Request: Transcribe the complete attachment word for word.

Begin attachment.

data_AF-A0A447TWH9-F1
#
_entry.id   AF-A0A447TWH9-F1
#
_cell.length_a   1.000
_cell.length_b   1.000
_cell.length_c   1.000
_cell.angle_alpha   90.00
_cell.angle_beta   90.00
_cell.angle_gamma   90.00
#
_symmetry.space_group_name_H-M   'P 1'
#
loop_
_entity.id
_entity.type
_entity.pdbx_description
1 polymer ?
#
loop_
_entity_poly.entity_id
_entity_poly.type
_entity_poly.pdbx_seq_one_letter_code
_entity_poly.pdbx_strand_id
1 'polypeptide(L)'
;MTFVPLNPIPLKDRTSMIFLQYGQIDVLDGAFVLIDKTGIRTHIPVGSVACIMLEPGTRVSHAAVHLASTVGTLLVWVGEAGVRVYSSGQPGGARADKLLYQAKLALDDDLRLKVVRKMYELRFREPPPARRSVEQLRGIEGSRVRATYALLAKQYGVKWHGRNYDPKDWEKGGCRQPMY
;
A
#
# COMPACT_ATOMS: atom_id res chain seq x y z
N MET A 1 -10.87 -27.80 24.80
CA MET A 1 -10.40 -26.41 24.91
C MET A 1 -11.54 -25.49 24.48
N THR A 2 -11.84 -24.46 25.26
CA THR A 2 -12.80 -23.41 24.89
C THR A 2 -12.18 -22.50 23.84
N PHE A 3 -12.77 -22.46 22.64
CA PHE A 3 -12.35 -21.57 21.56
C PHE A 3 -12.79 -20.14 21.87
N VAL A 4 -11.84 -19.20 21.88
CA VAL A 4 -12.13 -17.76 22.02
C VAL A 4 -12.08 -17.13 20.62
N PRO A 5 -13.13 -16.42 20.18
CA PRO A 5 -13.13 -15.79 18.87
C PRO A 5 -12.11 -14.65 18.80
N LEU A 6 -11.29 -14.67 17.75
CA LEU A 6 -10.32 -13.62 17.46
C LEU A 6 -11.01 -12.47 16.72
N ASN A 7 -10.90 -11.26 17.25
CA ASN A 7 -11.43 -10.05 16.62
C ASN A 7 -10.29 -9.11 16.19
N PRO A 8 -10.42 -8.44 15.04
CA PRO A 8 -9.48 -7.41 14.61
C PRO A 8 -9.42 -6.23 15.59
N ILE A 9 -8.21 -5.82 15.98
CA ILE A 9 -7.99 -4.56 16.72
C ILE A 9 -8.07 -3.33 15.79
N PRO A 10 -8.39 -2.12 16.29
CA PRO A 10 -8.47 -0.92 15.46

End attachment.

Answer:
data_AF-A0A447TWH9-F1
#
_entry.id   AF-A0A447TWH9-F1
#
_cell.length_a   1.000
_cell.length_b   1.000
_cell.length_c   1.000
_cell.angle_alpha   90.00
_cell.angle_beta   90.00
_cell.angle_gamma   90.00
#
_symmetry.space_group_name_H-M   'P 1'
#
loop_
_entity.id
_entity.type
_entity.pdbx_description
1 polymer ?
#
loop_
_entity_poly.entity_id
_entity_poly.type
_entity_poly.pdbx_seq_one_letter_code
_entity_poly.pdbx_strand_id
1 'polypeptide(L)'
;MTFVPLNPIPLKDRTSMIFLQYGQIDVLDGAFVLIDKTGIRTHIPVGSVACIMLEPGTRVSHAAVHLASTVGTLLVWVGEAGVRVYSSGQPGGARADKLLYQAKLALDDDLRLKVVRKMYELRFREPPPARRSVEQLRGIEGSRVRATYALLAKQYGVKWHGRNYDPKDWEKGGCRQPMY
;
A
#
# COMPACT_ATOMS: atom_id res chain seq x y z
N MET A 1 -10.87 -27.80 24.80
CA MET A 1 -10.40 -26.41 24.91
C MET A 1 -11.54 -25.49 24.48
N THR A 2 -11.84 -24.46 25.26
CA THR A 2 -12.80 -23.41 24.89
C THR A 2 -12.18 -22.50 23.84
N PHE A 3 -12.77 -22.46 22.64
CA PHE A 3 -12.35 -21.57 21.56
C PHE A 3 -12.79 -20.14 21.87
N VAL A 4 -11.84 -19.20 21.88
CA VAL A 4 -12.13 -17.76 22.02
C VAL A 4 -12.08 -17.13 20.62
N PRO A 5 -13.13 -16.42 20.18
CA PRO A 5 -13.13 -15.79 18.87
C PRO A 5 -12.11 -14.65 18.80
N LEU A 6 -11.29 -14.67 17.75
CA LEU A 6 -10.32 -13.62 17.46
C LEU A 6 -11.01 -12.47 16.72
N ASN A 7 -10.90 -11.26 17.25
CA ASN A 7 -11.43 -10.05 16.62
C ASN A 7 -10.29 -9.11 16.19
N PRO A 8 -10.42 -8.44 15.04
CA PRO A 8 -9.48 -7.41 14.61
C PRO A 8 -9.42 -6.23 15.59
N ILE A 9 -8.21 -5.82 15.98
CA ILE A 9 -7.99 -4.56 16.72
C ILE A 9 -8.07 -3.33 15.79
N PRO A 10 -8.39 -2.12 16.29
CA PRO A 10 -8.47 -0.92 15.46